First, one must determine whether the patient simply needs volume (which can be provided in the form of crystalloids or colloids), or increased oxygen carrying capacity (i.e., red blood cells). The traditional indications for volume resuscitation are unreliable at best – tachycardia (insensitive and non-specific in the anesthetized patient), hypotension, decreased CVP, and low urine output are all traditionally thought of as indicators for volume infusion, and while most practitioners would agree that a hypotensive, tachycardic patient with a CVP of 6 mm Hg and no urine output would benefit from an infusion of volume, the data on individual parameters and fluid resuscitation in general is mixed. [Chappel D et. al. Anesthesiology 109, 723: 2008]
Very few controlled studies examine blood transfusion in the surgical patient [Stoelting RK. Basics of Anesthesia, 5th ed. Elsevier (China) p. 357, 2007]. The majority of studies are in non-surgical patients, thus requiring both extrapolation and skepticism. Based on Ely’s study, and assuming that critically ill patients have similar transfusion requirements as surgical patients, it seems reasonable to transfuse at 7.0 mg/dL in patients with no cardiac history (data from a subset of patients with a cardiac history in Ely’s study was indeterminate).
Transfusion Criteria [Hebert et al. NEJM 340: 409, 1999]
838 critically ill patients with euvolemia after initial treatment who had hemoglobin concentrations of < 9 g/dL within 72 hours after admission to the ICU and randomly assigned 418 patients to a restrictive strategy of transfusion, in which red cells were transfused if the hemoglobin concentration dropped below 7.0 g/dL and hemoglobin concentrations were maintained at 7.0 to 9.0 g/dL, and 420 patients to a liberal strategy, in which transfusions were given when the hemoglobin concentration fell below 10.0 g/dL and hemoglobin concentrations were maintained at 10.0 to 12.0 g/dL.
Results: The mortality rate during hospitalization was significantly lower in the restrictive-strategy group (22.2 percent vs. 28.1 percent, p = 0.05). Overall, 30-day mortality was similar in the two groups (18.7 percent vs. 23.3 percent, p= 0.11). Overall mortality rates were significantly lower with the restrictive transfusion strategy among patients who were less acutely ill — those with an APACHE II score of «20 (8.7 percent in the restrictive-strategy group and 16.1 percent in the liberal-strategy group, P=0.03) — and among patients who were less than 55 years of age (5.7 percent and 13.0 percent, respectively; P=0.02), but not among patients with clinically significant cardiac disease (20.5 percent and 22.9 percent, respectively; P=0.69) [Hebert et al].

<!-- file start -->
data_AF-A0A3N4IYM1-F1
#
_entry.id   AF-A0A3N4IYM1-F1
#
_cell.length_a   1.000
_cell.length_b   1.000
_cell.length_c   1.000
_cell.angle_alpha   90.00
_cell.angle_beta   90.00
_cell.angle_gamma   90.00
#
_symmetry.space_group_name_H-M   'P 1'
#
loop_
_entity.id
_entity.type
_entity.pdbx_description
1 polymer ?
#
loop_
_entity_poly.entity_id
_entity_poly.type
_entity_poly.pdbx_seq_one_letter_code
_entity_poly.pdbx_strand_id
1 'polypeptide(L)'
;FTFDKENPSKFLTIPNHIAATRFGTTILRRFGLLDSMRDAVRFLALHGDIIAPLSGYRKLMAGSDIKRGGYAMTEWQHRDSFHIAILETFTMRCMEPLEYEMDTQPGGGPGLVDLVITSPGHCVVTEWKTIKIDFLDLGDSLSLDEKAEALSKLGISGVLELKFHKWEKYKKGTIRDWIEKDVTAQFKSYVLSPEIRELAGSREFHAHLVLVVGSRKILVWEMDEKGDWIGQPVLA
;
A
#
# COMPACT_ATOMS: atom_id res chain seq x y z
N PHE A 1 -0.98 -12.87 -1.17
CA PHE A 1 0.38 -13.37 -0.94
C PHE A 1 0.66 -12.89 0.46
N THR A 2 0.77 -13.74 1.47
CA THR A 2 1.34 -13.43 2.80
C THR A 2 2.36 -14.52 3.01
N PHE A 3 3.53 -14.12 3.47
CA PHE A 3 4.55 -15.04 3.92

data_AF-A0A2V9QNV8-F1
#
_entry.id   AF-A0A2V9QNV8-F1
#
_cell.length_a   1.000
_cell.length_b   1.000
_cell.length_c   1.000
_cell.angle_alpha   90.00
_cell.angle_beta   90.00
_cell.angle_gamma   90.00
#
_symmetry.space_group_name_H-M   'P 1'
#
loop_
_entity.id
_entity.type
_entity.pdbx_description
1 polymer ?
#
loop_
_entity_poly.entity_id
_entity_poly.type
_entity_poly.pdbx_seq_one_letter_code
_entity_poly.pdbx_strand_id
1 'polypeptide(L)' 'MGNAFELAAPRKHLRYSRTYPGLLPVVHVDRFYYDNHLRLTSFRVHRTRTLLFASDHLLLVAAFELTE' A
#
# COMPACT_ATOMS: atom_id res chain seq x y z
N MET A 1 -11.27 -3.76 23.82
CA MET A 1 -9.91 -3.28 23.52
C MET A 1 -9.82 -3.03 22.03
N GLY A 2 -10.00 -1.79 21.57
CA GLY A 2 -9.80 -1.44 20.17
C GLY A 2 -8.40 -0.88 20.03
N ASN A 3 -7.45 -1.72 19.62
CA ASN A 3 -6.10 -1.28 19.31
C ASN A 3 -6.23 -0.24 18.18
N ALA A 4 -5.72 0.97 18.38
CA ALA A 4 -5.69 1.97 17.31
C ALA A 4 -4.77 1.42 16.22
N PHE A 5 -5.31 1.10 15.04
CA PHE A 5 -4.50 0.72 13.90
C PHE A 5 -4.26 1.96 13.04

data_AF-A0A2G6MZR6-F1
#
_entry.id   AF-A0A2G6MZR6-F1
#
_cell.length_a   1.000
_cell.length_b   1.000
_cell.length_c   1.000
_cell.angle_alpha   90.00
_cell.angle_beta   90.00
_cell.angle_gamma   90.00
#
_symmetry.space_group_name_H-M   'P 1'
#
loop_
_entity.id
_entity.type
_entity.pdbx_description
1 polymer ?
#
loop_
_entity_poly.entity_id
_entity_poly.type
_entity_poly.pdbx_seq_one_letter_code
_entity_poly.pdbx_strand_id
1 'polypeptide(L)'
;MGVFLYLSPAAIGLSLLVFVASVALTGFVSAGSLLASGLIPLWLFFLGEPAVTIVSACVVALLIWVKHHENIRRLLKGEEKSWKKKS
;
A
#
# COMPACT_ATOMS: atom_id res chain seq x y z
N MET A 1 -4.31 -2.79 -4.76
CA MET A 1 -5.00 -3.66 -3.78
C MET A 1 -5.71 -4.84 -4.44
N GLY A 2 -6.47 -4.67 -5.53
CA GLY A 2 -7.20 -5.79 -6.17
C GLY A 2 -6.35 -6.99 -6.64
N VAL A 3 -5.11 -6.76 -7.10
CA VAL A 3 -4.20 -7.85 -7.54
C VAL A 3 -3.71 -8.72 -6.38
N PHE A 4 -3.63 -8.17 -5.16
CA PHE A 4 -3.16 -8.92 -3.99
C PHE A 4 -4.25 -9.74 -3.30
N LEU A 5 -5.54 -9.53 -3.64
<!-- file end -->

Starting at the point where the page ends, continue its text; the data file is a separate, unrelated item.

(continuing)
EPO in the ICU [JAMA 288: 2827, 2002]
Prospective, randomized, double-blind, placebo-controlled, multicenter trial in medical, surgical, or a medical/surgical ICU in 65 participating institutions. 40,000 units of rHuEPO or placebo on ICU day 3 and continued weekly for patients who remained in the hospital, for a total of 3 doses. Patients in the ICU on study day 21 received a fourth dose. Patients receiving rHuEPO were less likely to undergo transfusion (60.4% placebo vs 50.5% rHuEPO; P<.001). There was a 19% reduction in the total units of RBCs transfused (1963 vs 1590). Increase in hemoglobin from baseline to study end was greater in the rHuEPO group (mean [SD], 1.32  g/dL vs 0.94 [1.9] g/dL; P<.001). Mortality (14% for rHuEPO and 15% for placebo) and adverse clinical events were not significantly different.
Transfusion and Infection [Crit Care Med 34: 2302, 2006]
Prospective, observational, cohort study. Single-center, medical/surgical, closed ICU. Of the 2,085 patients enrolled, 21.5% received red blood cell transfusions. The posttransfusion nosocomial infection rate was 14.3%, significantly higher than that observed in nontransfused patients (5.8%; p < 0.0001, chi-square). In a multivariate analysis controlling for patient age, maximum storage age of RBC, and number of PRBC transfusions, only the number of transfusions was independently associated with nosocomial infection (odds ratio 1.097; 95% confidence interval 1.028-1.171; p = .005). When corrected for survival probability, the risk of nosocomial infection associated with red blood cell transfusions remained statistically significant (p < .0001). Leukoreduction tended to reduce the nosocomial infection rate but not significantly.
Hemoglobin and SAH [Neurosurgery 59: 775, 2006]
Of 103 patients, patients who died had lower hgb than survivors on Days 0, 1, 2, 4, 6, 10, 11, and 12 (p <= 0.05). Higher mean hgb was associated with reduced odds of poor outcome (p = 0.008) after correcting for Hunt and Hess grade, age, and vasospasm; results for hgb on Days 0 and 1 were similar. Higher Day 0 (p = 0.05) and mean hgb (p = 0.009) predicted a lower risk of cerebral infarction independent of vasospasm. There were no associations between hgb and other prognostic variables.